Laser casts new light on defense

Sept. 28, 2001

Laser casts new light on defense



Laboratory and U.S. Army officials today un-veiled a 10-kilowatt Solid State Heat Capacity Laser (SSHCL) that could demonstrate a new short-range air and missile-defense capability.

The 10-kW system is the highest average power single-beam solid-state laser in the world. The prototype, which eventually will be developed into a 100-kW laser, has been delivered to the U.S. Army’s High Energy Laser System Test Facility at the White Sands Missile Range, New Mexico, for testing and evaluation.

The SSHCL has been a joint venture between the Laboratory and the U.S. Army Space and Missile Defense Command, of which HELSTF is a division.

The SSHCL program began in 1997 under direct congressional sponsorship. Total funding through 2001 is $46 million. The Army has allocated $38.7 million to the program from 2002 through 2004 in its technology program objective memorandum.

The LLNL team consists of project manager Brent Dane of Laser Science & Technology, Bruce Roy, Bill Manning, Jim Wintemute, Mark Rotter, Balbir Bhachu, Bob Sawvel, Laurence Flath, Randall Hurd, Eric Johansson, Dennis Silva, Jim Brase; Barry Freitas, Vern Williamson, Roy Merrill, Joe Satarino, Jacqueline Crawford, Everett Utterback, Ray Beach, Larain Dimercurio, Kurt Cutter, Jong An, Chuck Boley, Lisle Hagler and former LLNL employees Scott Fox, Mark Emanuel and Jay Skidmore.

“The delivery and installation of the laser at the High Energy Laser System Test Facility is a major milestone in the SSHCL development program,” said Bill Goldstein, associate director of Physics and Advanced Technologies.

The technology used in the program is based on solid-state lasers developed by the Department of Energy for inertial fusion research and the Stockpile Stewardship Program.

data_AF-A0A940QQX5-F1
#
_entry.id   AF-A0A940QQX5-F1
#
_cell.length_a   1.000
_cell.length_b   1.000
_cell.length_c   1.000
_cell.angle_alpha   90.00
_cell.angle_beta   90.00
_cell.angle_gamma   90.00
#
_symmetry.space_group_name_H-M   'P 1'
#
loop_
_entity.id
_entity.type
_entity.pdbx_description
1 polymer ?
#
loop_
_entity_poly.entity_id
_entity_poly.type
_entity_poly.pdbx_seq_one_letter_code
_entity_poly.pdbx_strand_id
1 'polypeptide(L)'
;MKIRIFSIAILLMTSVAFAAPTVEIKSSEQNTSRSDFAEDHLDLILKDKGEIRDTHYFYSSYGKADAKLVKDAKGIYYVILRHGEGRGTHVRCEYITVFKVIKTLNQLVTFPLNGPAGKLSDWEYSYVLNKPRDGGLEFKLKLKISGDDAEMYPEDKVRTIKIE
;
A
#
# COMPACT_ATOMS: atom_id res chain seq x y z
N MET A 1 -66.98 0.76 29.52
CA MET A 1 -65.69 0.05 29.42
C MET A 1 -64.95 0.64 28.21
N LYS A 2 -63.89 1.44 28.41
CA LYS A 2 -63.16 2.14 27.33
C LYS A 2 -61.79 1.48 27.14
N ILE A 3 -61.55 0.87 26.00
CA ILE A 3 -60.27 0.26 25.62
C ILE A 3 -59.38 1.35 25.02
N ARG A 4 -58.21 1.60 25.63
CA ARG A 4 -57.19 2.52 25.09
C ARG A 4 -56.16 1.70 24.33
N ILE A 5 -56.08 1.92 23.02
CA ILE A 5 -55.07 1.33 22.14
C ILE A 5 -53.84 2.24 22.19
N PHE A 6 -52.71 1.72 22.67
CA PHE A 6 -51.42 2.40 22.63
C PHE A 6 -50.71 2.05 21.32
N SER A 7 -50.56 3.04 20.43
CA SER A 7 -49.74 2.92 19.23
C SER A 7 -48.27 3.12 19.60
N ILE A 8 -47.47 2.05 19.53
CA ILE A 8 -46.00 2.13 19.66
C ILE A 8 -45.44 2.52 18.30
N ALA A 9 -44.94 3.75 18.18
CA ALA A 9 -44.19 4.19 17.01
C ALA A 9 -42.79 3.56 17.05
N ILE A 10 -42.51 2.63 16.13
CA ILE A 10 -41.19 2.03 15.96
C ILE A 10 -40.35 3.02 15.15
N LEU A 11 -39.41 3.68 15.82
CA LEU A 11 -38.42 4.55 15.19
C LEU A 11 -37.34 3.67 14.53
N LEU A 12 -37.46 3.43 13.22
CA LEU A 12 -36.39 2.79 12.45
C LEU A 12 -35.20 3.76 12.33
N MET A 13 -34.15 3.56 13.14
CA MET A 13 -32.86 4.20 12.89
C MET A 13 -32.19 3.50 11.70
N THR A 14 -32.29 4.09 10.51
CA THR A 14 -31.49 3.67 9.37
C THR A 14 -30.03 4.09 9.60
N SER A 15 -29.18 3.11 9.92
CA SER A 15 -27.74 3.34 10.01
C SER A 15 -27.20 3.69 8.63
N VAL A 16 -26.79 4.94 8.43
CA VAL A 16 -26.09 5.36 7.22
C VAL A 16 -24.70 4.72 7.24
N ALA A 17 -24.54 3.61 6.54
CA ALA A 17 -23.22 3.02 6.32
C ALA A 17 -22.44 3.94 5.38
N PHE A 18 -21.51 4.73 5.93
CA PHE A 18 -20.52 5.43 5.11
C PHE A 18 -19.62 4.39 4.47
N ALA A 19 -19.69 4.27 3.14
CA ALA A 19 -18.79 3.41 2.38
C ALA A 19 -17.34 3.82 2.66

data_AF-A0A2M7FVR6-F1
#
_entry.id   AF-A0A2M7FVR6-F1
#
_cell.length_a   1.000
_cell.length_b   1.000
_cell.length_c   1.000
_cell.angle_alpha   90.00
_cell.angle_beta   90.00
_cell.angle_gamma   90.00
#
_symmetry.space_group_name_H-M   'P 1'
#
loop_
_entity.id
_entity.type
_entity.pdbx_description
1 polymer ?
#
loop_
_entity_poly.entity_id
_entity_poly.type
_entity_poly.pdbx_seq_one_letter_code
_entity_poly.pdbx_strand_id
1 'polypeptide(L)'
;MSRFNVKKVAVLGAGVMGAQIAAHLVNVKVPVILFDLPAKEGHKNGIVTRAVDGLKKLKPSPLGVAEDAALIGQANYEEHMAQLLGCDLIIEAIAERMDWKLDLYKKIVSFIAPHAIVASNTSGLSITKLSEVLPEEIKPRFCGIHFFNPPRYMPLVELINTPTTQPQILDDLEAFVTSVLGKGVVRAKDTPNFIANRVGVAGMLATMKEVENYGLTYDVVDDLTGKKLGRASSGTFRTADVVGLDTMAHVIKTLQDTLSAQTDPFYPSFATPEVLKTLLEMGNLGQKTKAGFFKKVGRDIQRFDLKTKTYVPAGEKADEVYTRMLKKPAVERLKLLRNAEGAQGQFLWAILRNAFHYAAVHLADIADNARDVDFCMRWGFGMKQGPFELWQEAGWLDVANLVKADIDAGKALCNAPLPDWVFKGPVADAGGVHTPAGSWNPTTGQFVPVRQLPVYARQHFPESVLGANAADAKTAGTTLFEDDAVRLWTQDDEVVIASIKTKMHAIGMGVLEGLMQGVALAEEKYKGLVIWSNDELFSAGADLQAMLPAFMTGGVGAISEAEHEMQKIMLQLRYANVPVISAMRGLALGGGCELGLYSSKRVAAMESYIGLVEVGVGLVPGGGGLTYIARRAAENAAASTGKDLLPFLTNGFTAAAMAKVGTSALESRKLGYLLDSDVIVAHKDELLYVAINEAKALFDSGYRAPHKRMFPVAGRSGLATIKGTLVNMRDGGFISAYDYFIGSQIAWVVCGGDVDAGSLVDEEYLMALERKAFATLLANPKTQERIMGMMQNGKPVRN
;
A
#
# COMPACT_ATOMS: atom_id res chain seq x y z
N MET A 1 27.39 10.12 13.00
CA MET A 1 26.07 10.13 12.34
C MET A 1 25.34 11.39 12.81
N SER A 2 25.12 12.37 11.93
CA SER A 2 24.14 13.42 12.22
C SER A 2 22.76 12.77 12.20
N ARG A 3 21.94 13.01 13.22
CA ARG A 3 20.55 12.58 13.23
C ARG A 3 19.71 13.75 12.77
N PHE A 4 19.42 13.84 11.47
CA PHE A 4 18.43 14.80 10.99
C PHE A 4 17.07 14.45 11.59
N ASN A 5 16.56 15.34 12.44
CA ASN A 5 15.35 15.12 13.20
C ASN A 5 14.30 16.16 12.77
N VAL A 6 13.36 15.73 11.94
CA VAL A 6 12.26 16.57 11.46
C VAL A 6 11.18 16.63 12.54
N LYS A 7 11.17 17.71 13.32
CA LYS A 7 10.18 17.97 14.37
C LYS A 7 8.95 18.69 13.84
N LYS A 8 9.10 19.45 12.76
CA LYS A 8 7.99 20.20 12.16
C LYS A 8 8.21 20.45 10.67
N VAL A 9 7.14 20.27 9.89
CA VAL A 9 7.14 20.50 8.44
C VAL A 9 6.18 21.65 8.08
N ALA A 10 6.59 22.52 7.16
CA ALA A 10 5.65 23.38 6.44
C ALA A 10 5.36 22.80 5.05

When developed as a compact 100-kW system, the SSHCL will be highly suited as a mobile laser-weapons system to protect against “tactical” threats, including short-range artillery, rockets and mortars. There is currently no effective protection against these weapons on the battlefield. A mobile weapon based on the 100-kW system is being considered as a component of the U.S. Army’s Future Combat System (FCS).

While at White Sands, the U.S. Army will use the 10-kW SSHCL to investigate laser-weapon system technical issues such as lethality, laser energy transport in the battlefield environment, optical pointing and tracking, and cost effectiveness.

LLNL is developing the 100-kW system and partnering with industry that includes: General Atomics, Raytheon, PEI Electronics Inc., Northrop Grumman Corp., Goodrich Corp., Armstrong Laser Technology and Saft.

The 10-kW prototype is pumped by flashlamps and requires 1 megawatt of input power to produce on average a 13-kW laser beam. It delivers 200 pulses with 500 Joules (a measurement of energy) per pulse for a total of 100,000 Joules (100 kJ).

The ultimate objective of the Army’s SSHCL program is to build a next-generation system with enough electrical efficiency to produce a 100-kW laser beam from 1 megawatt of input power, using diodes to pump a new crystalline laser material.